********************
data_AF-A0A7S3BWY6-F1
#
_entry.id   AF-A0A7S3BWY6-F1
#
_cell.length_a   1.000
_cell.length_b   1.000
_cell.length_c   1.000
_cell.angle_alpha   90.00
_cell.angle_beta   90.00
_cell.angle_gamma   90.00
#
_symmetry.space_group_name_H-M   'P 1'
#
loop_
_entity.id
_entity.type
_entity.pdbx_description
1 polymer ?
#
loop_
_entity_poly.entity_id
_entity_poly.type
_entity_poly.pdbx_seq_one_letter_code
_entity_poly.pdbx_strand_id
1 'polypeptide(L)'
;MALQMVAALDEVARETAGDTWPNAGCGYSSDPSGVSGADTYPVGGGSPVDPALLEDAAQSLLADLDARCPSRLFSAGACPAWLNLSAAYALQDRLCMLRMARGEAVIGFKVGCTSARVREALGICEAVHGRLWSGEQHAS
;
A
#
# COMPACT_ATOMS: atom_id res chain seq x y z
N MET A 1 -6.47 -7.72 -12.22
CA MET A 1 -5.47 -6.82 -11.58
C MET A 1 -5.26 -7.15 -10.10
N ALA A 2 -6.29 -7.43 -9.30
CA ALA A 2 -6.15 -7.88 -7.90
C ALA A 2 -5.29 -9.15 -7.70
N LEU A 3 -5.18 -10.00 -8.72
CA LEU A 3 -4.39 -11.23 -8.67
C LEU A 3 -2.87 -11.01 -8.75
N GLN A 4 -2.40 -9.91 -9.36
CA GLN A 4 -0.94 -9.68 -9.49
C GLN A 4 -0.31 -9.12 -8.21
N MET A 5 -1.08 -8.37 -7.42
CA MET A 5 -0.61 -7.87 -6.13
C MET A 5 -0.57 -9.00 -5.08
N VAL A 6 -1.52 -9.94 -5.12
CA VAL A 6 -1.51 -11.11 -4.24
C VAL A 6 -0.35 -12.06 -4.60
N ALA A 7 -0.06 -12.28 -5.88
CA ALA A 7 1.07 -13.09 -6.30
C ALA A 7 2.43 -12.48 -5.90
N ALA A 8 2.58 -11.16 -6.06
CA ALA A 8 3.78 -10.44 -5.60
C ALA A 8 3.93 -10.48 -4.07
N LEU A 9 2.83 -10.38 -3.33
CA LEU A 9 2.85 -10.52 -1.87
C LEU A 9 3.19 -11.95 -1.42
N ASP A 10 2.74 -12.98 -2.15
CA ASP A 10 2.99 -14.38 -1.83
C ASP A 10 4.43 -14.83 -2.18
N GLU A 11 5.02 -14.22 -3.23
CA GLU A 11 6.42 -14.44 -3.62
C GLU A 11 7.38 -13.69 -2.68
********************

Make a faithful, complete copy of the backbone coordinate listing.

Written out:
data_AF-A0A7S3BWY6-F1
#
_entry.id   AF-A0A7S3BWY6-F1
#
_cell.length_a   1.000
_cell.length_b   1.000
_cell.length_c   1.000
_cell.angle_alpha   90.00
_cell.angle_beta   90.00
_cell.angle_gamma   90.00
#
_symmetry.space_group_name_H-M   'P 1'
#
loop_
_entity.id
_entity.type
_entity.pdbx_description
1 polymer ?
#
loop_
_entity_poly.entity_id
_entity_poly.type
_entity_poly.pdbx_seq_one_letter_code
_entity_poly.pdbx_strand_id
1 'polypeptide(L)'
;MALQMVAALDEVARETAGDTWPNAGCGYSSDPSGVSGADTYPVGGGSPVDPALLEDAAQSLLADLDARCPSRLFSAGACPAWLNLSAAYALQDRLCMLRMARGEAVIGFKVGCTSARVREALGICEAVHGRLWSGEQHAS
;
A
#
# COMPACT_ATOMS: atom_id res chain seq x y z
N MET A 1 -6.47 -7.72 -12.22
CA MET A 1 -5.47 -6.82 -11.58
C MET A 1 -5.26 -7.15 -10.10
N ALA A 2 -6.29 -7.43 -9.30
CA ALA A 2 -6.15 -7.88 -7.90
C ALA A 2 -5.29 -9.15 -7.70
N LEU A 3 -5.18 -10.00 -8.72
CA LEU A 3 -4.39 -11.23 -8.67
C LEU A 3 -2.87 -11.01 -8.75
N GLN A 4 -2.40 -9.91 -9.36
CA GLN A 4 -0.94 -9.68 -9.49
C GLN A 4 -0.31 -9.12 -8.21
N MET A 5 -1.08 -8.37 -7.42
CA MET A 5 -0.61 -7.87 -6.13
C MET A 5 -0.57 -9.00 -5.08
N VAL A 6 -1.52 -9.94 -5.12
CA VAL A 6 -1.51 -11.11 -4.24
C VAL A 6 -0.35 -12.06 -4.60
N ALA A 7 -0.06 -12.28 -5.88
CA ALA A 7 1.07 -13.09 -6.30
C ALA A 7 2.43 -12.48 -5.90
N ALA A 8 2.58 -11.16 -6.06
CA ALA A 8 3.78 -10.44 -5.60
C ALA A 8 3.93 -10.48 -4.07
N LEU A 9 2.83 -10.38 -3.33
CA LEU A 9 2.85 -10.52 -1.87
C LEU A 9 3.19 -11.95 -1.42
N ASP A 10 2.74 -12.98 -2.15
CA ASP A 10 2.99 -14.38 -1.83
C ASP A 10 4.43 -14.83 -2.18
N GLU A 11 5.02 -14.22 -3.23
CA GLU A 11 6.42 -14.44 -3.62
C GLU A 11 7.38 -13.69 -2.68